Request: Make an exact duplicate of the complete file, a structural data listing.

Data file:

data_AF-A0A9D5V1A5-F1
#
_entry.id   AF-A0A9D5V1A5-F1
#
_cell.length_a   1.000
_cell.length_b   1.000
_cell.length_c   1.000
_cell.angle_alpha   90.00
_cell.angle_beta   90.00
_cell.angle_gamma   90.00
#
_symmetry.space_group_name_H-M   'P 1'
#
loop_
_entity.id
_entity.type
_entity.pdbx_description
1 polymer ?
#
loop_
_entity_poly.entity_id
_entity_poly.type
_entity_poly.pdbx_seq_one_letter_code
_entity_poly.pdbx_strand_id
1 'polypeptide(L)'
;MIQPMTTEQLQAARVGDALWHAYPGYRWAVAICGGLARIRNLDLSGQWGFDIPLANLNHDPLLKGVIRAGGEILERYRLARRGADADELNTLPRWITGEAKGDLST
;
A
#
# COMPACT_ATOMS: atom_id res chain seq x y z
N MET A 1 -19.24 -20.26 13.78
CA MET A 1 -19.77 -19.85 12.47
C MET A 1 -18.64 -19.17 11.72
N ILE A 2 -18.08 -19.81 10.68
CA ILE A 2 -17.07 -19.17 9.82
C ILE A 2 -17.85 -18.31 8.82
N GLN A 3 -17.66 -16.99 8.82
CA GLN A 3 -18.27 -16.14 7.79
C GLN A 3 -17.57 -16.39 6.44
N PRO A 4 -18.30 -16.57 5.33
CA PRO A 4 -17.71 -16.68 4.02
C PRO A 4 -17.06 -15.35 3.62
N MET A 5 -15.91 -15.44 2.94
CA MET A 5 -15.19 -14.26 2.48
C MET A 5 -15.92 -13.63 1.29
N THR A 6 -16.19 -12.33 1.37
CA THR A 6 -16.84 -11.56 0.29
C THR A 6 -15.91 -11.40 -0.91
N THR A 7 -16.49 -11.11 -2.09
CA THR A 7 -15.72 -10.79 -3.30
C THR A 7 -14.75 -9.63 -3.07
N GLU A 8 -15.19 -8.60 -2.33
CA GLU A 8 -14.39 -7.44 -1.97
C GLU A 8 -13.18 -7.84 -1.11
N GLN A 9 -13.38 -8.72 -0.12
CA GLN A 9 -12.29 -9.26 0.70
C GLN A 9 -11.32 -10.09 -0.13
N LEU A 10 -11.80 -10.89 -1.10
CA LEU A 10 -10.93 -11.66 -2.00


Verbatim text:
data_AF-A0A9D5V1A5-F1
#
_entry.id   AF-A0A9D5V1A5-F1
#
_cell.length_a   1.000
_cell.length_b   1.000
_cell.length_c   1.000
_cell.angle_alpha   90.00
_cell.angle_beta   90.00
_cell.angle_gamma   90.00
#
_symmetry.space_group_name_H-M   'P 1'
#
loop_
_entity.id
_entity.type
_entity.pdbx_description
1 polymer ?
#
loop_
_entity_poly.entity_id
_entity_poly.type
_entity_poly.pdbx_seq_one_letter_code
_entity_poly.pdbx_strand_id
1 'polypeptide(L)'
;MIQPMTTEQLQAARVGDALWHAYPGYRWAVAICGGLARIRNLDLSGQWGFDIPLANLNHDPLLKGVIRAGGEILERYRLARRGADADELNTLPRWITGEAKGDLST
;
A
#
# COMPACT_ATOMS: atom_id res chain seq x y z
N MET A 1 -19.24 -20.26 13.78
CA MET A 1 -19.77 -19.85 12.47
C MET A 1 -18.64 -19.17 11.72
N ILE A 2 -18.08 -19.81 10.68
CA ILE A 2 -17.07 -19.17 9.82
C ILE A 2 -17.85 -18.31 8.82
N GLN A 3 -17.66 -16.99 8.82
CA GLN A 3 -18.27 -16.14 7.79
C GLN A 3 -17.57 -16.39 6.44
N PRO A 4 -18.30 -16.57 5.33
CA PRO A 4 -17.71 -16.68 4.02
C PRO A 4 -17.06 -15.35 3.62
N MET A 5 -15.91 -15.44 2.94
CA MET A 5 -15.19 -14.26 2.48
C MET A 5 -15.92 -13.63 1.29
N THR A 6 -16.19 -12.33 1.37
CA THR A 6 -16.84 -11.56 0.29
C THR A 6 -15.91 -11.40 -0.91
N THR A 7 -16.49 -11.11 -2.09
CA THR A 7 -15.72 -10.79 -3.30
C THR A 7 -14.75 -9.63 -3.07
N GLU A 8 -15.19 -8.60 -2.33
CA GLU A 8 -14.39 -7.44 -1.97
C GLU A 8 -13.18 -7.84 -1.11
N GLN A 9 -13.38 -8.72 -0.12
CA GLN A 9 -12.29 -9.26 0.70
C GLN A 9 -11.32 -10.09 -0.13
N LEU A 10 -11.80 -10.89 -1.10
CA LEU A 10 -10.93 -11.66 -2.00